Cowboys are my hero's
Tiger Woods was hitting Golf balls at time he was learning to walk.
Born with Putter in hand.
Born with Putter in hand.
the flip side is if you don`t have natural talent you can practice all you want and still be a monument to mediocrity.To become a world class pool player or golfer takes hours and hours of dedicated practice. One can not become great on "natural talent". You have to put in the work.
I agree with this totally. I tried for years to master the game of golf, and was never better than average. My son picked up a set of clubs in Jr. High School and immediately had a better swing and game than I ever mastered. If he ever chose to seriously pursue golf, he'd be better than me no matter how hard I worked at it, due to natural talent. He'd never make it to the pro tour because all of those guys have even more natural talent and chose to continue working at it. It takes work, but with natural talent you have a high ceiling and elevated floor.Here is my recent post on the topic that I think answers the question truthfully and accurately:
"The simple answer is yes, it more or less is as simple as that [that talent level makes the difference in how great you will be compared to others] if/when everybody has the same drive and is putting the same efforts into their game.
But not everybody has the same drive and is putting the same efforts into their game in the real world, which sometimes (but not always) allows those with less talent, but who want it more and work harder, to surpass those with more talent but who don't put as much effort into their game.
Those that have the most natural ability/talent will always have a higher cap to the potential level they can ultimately reach with enough work though, and will always be able to progress the fastest with equal efforts."
Who’s to say they don’t get better every year, it’s just the pace of improvement that is different between players. Improvement is slow after the 600 level and probably triply so over the 800 range.Here is another way of looking at it. If there was no "cap" due to individual nature, the top pros that practice all day long, would be better every year. Much better. Filler, Pia, Shane, Efren, and many more, practice 6-8 hrs a day every day. You would think with all that practice, they would now be at the level that they miss one ball per decade, rather than 1 ball every couple of racks.
How are you going to become a world class golfer if you don't have the muscle strength potential and hand eye coordination to hit drives 330+ yards consistently and with control? There are 4 types of athletes:To become a world class pool player or golfer takes hours and hours of dedicated practice. One can not become great on "natural talent". You have to put in the work.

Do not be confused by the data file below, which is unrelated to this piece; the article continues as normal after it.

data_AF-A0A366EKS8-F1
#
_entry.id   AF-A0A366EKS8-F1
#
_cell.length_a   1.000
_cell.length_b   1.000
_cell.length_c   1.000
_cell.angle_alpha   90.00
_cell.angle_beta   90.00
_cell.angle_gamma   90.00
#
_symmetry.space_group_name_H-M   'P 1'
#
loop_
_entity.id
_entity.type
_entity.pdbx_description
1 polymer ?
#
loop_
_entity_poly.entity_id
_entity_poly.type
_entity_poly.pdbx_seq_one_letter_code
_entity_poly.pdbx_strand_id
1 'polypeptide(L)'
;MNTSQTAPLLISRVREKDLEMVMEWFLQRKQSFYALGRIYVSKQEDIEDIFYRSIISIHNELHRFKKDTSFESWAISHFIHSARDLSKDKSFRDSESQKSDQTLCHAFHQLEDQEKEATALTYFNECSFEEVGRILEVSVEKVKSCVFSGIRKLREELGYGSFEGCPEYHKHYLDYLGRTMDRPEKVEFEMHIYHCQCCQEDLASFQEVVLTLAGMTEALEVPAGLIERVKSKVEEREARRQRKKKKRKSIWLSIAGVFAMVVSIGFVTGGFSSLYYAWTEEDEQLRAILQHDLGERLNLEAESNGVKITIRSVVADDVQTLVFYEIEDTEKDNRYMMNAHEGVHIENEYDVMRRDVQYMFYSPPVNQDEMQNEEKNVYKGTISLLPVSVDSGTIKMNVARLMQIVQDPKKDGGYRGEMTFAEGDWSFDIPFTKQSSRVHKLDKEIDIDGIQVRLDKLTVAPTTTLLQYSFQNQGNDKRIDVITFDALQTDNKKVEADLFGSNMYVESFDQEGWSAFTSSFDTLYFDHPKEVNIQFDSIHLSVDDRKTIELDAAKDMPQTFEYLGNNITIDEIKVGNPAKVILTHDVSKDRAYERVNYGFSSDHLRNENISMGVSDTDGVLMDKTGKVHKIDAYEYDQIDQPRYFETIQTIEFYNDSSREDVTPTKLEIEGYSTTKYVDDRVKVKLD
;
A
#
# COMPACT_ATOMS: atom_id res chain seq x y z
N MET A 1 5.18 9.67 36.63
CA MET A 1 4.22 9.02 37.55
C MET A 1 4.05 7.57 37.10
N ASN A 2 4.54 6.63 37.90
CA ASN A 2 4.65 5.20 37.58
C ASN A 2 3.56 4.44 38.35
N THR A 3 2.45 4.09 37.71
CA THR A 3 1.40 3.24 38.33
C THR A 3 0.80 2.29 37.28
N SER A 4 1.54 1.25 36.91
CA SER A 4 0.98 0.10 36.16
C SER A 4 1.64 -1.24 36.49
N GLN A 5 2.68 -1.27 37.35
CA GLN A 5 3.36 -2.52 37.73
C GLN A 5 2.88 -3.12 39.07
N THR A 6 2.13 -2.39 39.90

In my case--which is not pool--I knew at my 5th grade BD party that I wanted to become an Electrical Engineer, and by 8th grade that I wanted to specialize in digital electronics (this was 1965 before many people even knew computers existed.) in 11th grade I built a calculator (Add and subtract only) about the size of a attaché case which won various science fairs in my state.
Exactly, there's only so much better you can get than almost perfect... You can work on mental aspects, consistency, etc... You may fall off, you may do better. Once you're elite and an expert at something, i.e. > than 90-95% of all practitioners of something, then getting any better is exponential in difficulty and required effort.Who’s to say they don’t get better every year, it’s just the pace of improvement that is different between players. Improvement is slow after the 600 level and probably triply so over the 800 range.
And then it also depends on whether they are practicing to improve or practicing to maintain their game. And even pros may begin practicing the wrong things and start to get diminishing returns. So pros, just like anyone else can get into a rut of practicing things that aren’t leading to results. It’s why you see top snooker players engage coaches more frequently than pool players do.
There may be a cap to how consistently you pocket balls (I’m not sure we are there yet in pool), but there are certainly other things that can continually get better.
It’s even more rare to find a few who recognize that natural talent/skill and accept it as such.I believe another way to look at natural talent is that in some cases it’s pure blind stupid luck.